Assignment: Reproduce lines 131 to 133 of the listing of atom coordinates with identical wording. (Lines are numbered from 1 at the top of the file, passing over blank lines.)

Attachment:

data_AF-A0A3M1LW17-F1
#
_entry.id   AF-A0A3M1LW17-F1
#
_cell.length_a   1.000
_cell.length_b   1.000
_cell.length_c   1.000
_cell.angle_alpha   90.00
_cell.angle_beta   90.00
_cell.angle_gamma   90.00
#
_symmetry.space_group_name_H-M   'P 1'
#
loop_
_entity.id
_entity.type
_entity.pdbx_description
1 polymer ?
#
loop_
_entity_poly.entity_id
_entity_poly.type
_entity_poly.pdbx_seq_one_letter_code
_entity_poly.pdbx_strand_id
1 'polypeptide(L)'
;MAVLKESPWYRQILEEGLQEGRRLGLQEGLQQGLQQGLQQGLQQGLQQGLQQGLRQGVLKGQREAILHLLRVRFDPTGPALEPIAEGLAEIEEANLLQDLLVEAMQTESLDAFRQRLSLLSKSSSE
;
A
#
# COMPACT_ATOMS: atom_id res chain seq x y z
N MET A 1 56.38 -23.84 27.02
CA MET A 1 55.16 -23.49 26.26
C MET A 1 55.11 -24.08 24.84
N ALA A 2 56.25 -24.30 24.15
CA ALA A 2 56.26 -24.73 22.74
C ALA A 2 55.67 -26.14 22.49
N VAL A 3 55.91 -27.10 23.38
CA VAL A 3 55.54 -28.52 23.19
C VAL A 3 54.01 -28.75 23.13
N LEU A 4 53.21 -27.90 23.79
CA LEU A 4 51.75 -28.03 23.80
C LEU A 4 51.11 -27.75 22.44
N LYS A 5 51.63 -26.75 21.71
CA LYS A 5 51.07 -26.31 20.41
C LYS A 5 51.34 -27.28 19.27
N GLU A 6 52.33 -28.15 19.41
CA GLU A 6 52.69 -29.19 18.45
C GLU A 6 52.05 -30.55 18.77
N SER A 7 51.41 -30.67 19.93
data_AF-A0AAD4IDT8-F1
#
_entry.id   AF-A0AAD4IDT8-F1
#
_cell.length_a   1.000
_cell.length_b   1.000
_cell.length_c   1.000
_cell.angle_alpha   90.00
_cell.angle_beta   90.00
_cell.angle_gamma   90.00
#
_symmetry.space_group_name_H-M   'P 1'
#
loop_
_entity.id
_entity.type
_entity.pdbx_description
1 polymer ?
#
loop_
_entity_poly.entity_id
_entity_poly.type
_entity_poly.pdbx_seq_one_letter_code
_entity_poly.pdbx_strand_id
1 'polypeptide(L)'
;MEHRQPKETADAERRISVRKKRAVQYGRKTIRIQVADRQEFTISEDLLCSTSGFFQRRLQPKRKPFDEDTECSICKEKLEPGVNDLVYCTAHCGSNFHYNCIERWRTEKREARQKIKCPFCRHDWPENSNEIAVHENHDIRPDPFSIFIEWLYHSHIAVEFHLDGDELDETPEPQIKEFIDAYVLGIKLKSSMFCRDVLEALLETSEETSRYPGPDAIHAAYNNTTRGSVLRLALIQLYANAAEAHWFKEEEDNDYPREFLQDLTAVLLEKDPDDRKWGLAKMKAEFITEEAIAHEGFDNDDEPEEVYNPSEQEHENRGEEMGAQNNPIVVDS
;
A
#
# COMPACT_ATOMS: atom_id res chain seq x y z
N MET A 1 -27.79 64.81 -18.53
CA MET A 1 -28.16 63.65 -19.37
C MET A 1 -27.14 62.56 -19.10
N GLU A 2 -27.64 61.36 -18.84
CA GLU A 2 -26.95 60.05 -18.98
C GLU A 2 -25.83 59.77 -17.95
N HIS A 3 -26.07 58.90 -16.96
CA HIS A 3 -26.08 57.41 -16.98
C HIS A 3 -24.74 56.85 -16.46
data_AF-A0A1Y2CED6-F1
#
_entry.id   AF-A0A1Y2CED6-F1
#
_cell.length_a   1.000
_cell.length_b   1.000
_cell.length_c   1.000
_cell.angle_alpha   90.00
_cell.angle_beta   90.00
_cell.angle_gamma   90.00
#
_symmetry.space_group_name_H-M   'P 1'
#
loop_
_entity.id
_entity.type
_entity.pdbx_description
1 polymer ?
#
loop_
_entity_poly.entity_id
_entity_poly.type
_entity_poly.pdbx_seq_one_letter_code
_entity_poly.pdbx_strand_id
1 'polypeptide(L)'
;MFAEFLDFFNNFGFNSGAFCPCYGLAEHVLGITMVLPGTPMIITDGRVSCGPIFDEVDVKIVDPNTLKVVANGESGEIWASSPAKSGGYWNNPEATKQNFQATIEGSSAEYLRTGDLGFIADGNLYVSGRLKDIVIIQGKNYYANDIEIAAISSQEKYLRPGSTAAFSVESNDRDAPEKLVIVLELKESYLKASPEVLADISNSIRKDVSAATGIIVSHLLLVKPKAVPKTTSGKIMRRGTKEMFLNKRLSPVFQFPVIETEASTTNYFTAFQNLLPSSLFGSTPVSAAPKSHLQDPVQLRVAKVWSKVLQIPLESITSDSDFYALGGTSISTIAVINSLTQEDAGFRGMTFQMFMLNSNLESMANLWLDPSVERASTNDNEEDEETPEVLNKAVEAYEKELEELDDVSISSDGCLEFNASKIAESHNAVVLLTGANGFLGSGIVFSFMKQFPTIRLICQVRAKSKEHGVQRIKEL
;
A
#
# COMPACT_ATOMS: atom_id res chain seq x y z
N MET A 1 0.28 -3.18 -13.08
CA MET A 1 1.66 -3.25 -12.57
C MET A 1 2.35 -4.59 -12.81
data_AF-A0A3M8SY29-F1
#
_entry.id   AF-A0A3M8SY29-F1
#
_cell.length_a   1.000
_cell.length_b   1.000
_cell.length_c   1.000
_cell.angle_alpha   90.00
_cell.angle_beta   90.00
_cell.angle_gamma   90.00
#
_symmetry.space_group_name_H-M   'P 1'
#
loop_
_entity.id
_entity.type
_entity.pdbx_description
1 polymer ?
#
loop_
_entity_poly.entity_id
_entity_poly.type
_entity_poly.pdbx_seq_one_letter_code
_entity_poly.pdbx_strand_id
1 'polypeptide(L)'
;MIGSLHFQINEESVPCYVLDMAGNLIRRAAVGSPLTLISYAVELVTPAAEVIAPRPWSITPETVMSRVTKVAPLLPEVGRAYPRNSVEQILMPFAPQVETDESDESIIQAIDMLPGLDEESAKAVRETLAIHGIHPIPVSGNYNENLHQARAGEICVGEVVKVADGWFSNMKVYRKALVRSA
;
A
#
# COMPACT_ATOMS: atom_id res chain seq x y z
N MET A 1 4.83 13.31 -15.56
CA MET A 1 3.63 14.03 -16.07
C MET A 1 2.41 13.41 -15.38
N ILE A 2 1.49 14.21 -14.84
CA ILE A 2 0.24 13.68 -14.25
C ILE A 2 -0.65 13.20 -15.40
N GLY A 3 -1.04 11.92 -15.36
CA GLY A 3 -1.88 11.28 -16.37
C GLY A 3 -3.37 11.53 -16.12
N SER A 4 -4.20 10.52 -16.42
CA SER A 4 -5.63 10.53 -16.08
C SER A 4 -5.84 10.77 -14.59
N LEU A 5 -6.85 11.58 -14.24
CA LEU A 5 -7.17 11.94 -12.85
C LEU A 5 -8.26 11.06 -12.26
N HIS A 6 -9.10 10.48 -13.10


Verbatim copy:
_cell.angle_gamma   90.00
#
_symmetry.space_group_name_H-M   'P 1'